It's one of the most poignant yet compelling stories of the year. Fourteen young people have died, apparently committing suicide, in the small and unremarkable South Wales district of Bridgend. The latest case was last week, when Angie Fuller, an 18-year-old bride-to-be, was found dead at her home. You need hardly be surprised that newsdesks have not allowed facts to get in the way of a good story – and many have been busy concocting lurid theories of their own. One favourite is that the deaths are linked to a cult promoted through the internet chat site Bebo. "'Suicide cult' may have claimed a new victim", said 'The Daily Telegraph'; "14th suicide in death town Bridgend", reported the 'Mirror'. 'The Mail' declared: "14th teenager found hanged in suicide town".
Headlines such as these have enraged the local MP, Madeleine Moon, who says that media coverage of the deaths is exploiting young people and creating a "copycat effect". She's furious at descriptions of Bridgend as a "death town" or "suicide town". "Talking about 'suicide cults' is disgraceful," she says, "and creates an additional risk for young people." But at least Wednesday's sober headline in 'The Independent' – "Suicide not linked to teenage deaths" – was spot on for accuracy. Police have made it clear that they think the deaths are not related, and the Bridgend coroner has described them as "purely coincidental". An earlier 'IoS' report included details of helplines, including the Samaritans.
But isn't the MP overstating her case? It's unrealistic to expect newspapers not to be interested in what is undoubtedly a very unusual phenomenon. Surely it is their job to raise questions about influences on young people that parents may not understand? And does the label "suicide town" differ from any other tag?
The Press Complaints Commission thinks it does. It recently tightened up its rules on reporting suicide, arguing that it raises special issues for journalists. It became concerned after a Wigan newspaper reported on an inquest into the death of a local teacher who had electrocuted himself. His wife argued successfully that it could influence his pupils to do the same.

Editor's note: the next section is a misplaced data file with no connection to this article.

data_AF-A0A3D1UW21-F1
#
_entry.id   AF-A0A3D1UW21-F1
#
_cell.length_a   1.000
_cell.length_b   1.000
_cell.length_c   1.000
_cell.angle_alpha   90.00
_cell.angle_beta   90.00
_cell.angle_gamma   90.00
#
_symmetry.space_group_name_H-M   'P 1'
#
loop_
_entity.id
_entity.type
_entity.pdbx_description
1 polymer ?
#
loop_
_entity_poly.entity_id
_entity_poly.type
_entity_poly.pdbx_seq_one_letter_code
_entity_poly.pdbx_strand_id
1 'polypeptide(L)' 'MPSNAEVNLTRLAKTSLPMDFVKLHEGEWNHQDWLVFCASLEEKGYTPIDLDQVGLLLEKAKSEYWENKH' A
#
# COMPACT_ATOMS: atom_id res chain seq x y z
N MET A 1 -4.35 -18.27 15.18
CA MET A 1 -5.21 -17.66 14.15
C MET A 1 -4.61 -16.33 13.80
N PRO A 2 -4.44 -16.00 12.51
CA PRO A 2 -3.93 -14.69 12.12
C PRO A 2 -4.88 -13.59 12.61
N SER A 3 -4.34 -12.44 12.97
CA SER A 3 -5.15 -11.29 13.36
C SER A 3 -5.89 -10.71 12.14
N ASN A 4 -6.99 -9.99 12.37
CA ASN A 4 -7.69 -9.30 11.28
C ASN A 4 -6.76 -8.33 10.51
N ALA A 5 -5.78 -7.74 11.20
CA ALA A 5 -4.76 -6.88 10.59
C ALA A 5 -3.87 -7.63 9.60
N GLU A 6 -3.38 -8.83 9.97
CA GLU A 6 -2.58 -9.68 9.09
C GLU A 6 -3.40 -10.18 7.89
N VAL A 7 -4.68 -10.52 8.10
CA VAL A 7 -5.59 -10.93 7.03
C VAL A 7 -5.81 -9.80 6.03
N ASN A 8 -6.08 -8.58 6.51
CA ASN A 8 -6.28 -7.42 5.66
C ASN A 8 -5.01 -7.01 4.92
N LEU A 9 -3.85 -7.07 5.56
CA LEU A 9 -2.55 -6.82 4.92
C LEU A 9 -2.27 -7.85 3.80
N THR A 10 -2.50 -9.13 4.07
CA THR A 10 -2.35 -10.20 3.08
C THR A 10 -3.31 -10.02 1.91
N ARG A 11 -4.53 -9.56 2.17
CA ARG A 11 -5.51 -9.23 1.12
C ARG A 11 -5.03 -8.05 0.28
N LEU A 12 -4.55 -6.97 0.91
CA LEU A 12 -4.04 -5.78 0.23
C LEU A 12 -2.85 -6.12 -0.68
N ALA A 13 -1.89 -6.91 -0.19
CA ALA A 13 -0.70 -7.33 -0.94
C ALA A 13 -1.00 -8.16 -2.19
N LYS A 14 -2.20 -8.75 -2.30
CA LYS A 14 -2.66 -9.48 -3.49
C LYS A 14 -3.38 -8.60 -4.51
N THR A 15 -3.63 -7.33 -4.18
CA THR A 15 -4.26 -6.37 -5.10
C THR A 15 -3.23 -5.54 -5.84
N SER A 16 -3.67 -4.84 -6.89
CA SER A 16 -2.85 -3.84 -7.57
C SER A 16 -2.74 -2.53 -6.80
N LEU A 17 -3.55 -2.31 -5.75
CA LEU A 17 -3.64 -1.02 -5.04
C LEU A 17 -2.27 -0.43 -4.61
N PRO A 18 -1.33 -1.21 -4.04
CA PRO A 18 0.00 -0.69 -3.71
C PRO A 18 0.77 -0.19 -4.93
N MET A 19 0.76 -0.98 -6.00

The Editor's Code of Practice now has a new clause prohibiting the use of "excessive detail" in reporting suicides, influenced by a major study from the Centre for Suicide Research at Oxford University which looked at media reporting in 20 countries. It found that "copycat" cases after newspaper reports of suicide are a huge, international phenomenon. Most alarmingly, romanticised portrayals of suicide as a "tragic or heroic act by someone who has everything to live for" are specially likely to encourage imitators.
Louis Appleby, the Government's mental health czar, says: "Simply reporting on suicides can lead other people who are already suicidal to take their own lives. How you choose to report it can potentially save people. Suicide is complex, so it is misleading to suggest a simple cause-and-effect explanation."
Instead of fretting about suicide cults and chatroom death pacts, we journalists should look at our own influence on the tragic events in Bridgend.
Message Board: Has the Conway affair damaged Parliament?
The downfall of MP Derek Conway engaged readers in an online debate of their own about the state of the House of Commons:
The problem with Mr Conway and other MPs is that they see Parliament purely as a career. Politicians today do not have the underlying emotional altruism which makes a great politician, one who is there to benefit his country.
In this era of celebrity there seems to be an obsessional appetite by the media to turn even those with the most appalling behaviour, for example, Derek Conway and his family, into experts and celebrities of some description.
Mr Conway was well aware of the salary payable to an MP when he stood for Parliament. No one is obliged to stand as an MP. His option was, and remains, to get a job that pays more.
This man typifies every sneak thief. After a while they begin to think that they can get away with anything and eventually they come to believe that what they are doing is OK.
In the not too distant future a CEO of a city bank or insurance company, not up on the ethical way to do business in the city, will require an adviser. Step forward one Mr (possibly Sir) Derek Conway... Honourable Gentleman.
I think it's time our political system was scrapped and we started again. I'd scrap all MPs and move towards a Citizens' Parliament, all taking turns to represent our communities for four years or so. It works for juries.
It's time to ask what MPs are for. With the entire state apparatus run by ministers and civil servants, the only real role is advocacy on behalf of the people who elected them.
The old adage about paying peanuts and getting monkeys is all too true, as one glance at the benches shows. The solution? Pay serious money and attract serious talent. UK plc would benefit.
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